Thailand Expat reinvented's Avatar
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    ^ there in lies the danger in gang/ ya ba foraging missions
    always take a man Friday and hope to not wake up with a headache and arse bubbles
    we won it at wemberlee
    we on it in gay paree...

  11. #11
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    Quote Originally Posted by NamPikToot View Post
    I love the area and the seedier (so called) parts of BKK. Thailand won't know what its lost as it gradually "cleans up" the city and with it its character.

    EDIT

    I even kind of like the stink you get from the drains...just reminds you where you are, nothing smells like a Bangkok drain. They'll have trouble cleaning tose up.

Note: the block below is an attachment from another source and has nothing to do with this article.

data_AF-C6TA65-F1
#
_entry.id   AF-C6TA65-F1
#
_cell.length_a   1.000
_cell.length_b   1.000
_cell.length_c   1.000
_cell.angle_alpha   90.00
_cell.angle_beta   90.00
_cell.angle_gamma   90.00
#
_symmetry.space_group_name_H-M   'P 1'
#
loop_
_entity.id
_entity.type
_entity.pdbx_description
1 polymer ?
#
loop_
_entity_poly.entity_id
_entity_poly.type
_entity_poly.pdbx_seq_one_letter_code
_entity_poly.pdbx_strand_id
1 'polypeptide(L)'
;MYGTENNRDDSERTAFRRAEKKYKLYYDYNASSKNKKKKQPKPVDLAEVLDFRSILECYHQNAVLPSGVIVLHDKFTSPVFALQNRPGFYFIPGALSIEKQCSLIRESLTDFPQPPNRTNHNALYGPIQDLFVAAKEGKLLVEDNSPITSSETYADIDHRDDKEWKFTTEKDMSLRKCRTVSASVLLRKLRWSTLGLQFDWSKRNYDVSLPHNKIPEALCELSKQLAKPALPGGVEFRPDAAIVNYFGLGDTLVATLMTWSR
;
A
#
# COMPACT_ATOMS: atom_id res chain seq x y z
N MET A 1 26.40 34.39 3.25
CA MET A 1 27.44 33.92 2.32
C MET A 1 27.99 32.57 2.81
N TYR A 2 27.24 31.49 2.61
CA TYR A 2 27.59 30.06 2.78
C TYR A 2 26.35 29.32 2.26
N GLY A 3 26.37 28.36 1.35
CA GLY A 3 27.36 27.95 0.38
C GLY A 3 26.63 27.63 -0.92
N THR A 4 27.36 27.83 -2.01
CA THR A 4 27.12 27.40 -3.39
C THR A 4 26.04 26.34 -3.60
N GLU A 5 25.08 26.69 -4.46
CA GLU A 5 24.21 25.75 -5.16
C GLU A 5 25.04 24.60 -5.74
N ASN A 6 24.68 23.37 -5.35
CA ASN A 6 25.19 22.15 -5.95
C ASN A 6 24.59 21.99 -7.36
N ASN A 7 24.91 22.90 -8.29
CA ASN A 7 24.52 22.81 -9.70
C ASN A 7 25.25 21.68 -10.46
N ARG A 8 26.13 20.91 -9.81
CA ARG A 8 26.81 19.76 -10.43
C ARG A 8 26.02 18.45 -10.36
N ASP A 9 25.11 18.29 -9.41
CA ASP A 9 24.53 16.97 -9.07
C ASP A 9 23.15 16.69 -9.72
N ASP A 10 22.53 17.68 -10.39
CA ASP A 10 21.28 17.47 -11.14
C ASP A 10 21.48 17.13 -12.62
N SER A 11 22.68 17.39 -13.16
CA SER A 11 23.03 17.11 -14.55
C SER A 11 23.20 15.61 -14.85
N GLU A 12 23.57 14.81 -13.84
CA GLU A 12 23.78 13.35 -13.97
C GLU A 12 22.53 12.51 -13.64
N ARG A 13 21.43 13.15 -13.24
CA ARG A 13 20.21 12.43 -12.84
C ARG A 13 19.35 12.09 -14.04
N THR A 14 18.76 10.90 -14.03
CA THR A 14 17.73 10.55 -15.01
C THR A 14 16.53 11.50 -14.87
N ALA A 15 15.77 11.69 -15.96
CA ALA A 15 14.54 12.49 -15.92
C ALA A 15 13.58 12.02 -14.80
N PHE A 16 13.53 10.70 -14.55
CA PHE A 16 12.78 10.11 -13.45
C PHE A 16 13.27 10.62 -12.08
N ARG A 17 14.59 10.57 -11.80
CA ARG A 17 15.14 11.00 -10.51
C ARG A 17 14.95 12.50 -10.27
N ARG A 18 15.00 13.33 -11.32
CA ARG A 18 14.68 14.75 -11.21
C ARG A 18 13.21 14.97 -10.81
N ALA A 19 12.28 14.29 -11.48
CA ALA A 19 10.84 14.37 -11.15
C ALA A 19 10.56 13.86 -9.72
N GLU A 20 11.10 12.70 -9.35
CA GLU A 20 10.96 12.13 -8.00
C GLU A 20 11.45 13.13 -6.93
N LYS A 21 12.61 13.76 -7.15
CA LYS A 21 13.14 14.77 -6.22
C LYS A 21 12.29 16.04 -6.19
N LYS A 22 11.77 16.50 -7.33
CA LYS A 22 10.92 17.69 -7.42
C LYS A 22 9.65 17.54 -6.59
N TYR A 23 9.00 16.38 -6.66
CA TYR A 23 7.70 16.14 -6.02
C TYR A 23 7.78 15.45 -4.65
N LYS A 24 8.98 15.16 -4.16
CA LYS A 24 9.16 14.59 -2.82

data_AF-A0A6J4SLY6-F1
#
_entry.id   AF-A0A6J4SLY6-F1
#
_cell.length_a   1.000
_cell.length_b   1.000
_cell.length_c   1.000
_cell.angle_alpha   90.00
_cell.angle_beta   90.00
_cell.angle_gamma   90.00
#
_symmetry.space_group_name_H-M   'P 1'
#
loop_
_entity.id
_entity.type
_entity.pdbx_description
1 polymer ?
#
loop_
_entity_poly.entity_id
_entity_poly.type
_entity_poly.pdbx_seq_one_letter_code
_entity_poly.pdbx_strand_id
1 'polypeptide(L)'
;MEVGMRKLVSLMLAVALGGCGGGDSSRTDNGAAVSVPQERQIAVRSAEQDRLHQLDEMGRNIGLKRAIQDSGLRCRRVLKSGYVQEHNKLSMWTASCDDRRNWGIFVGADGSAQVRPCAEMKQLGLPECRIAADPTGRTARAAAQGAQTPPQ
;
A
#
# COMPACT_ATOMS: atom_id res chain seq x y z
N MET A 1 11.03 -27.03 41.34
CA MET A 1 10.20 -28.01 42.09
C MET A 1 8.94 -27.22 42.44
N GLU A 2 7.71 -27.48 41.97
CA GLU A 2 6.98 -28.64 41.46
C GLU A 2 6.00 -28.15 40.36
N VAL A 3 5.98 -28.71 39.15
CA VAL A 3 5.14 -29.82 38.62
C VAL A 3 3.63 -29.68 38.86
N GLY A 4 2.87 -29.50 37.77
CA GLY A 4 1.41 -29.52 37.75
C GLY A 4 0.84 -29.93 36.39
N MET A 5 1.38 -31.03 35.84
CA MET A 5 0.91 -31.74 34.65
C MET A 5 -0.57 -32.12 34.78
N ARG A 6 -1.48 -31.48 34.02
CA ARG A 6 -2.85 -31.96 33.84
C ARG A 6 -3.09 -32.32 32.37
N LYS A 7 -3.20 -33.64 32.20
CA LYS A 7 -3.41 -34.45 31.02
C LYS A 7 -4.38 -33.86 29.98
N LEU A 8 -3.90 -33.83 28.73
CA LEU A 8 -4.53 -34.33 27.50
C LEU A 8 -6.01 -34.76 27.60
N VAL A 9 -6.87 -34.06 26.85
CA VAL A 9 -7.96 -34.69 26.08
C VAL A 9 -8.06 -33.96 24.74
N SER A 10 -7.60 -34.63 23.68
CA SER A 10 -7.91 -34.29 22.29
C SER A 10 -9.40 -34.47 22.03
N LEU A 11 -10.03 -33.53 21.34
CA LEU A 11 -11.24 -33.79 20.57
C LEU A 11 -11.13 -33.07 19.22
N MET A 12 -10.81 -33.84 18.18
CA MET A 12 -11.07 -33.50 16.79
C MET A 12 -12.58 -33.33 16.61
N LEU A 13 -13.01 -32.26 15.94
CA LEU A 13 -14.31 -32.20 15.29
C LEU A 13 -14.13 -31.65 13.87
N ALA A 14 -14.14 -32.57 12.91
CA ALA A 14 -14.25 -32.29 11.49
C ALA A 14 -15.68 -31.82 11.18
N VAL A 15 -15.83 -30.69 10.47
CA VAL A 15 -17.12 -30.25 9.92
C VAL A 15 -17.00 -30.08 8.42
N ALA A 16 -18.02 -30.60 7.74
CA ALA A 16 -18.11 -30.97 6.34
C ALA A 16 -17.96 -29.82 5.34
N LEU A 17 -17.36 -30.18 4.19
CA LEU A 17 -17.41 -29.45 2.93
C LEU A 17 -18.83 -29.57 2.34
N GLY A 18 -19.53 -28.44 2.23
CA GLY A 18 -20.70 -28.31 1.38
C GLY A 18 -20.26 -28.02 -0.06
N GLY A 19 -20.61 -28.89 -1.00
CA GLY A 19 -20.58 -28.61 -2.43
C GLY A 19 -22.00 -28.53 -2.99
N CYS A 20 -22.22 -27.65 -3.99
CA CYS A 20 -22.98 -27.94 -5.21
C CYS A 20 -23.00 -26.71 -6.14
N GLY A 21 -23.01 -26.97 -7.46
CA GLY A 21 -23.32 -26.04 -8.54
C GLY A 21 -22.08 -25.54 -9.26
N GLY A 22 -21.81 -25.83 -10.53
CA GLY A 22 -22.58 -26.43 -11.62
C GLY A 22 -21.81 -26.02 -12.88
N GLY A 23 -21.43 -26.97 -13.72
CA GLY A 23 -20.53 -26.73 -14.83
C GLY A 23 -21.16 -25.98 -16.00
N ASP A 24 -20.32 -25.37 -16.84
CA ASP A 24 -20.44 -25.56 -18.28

I was just thinking the other day that I quite like the smell of hot trash. It just reminds me of tropical countries
    I'd like to see what morning looks like
    Don't wanna drink pint after pint
    I wanna wake up without feeling sick
    But I can't cuz I'm a drug-abusing alcoholic

  12. #12
    Thailand Expat
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    Yes Armstrong, i think like is the wrong word i used but evocative is prolly what i was aiming for but missing in my Bet Winning Utd getting it handed to them euphoria last night.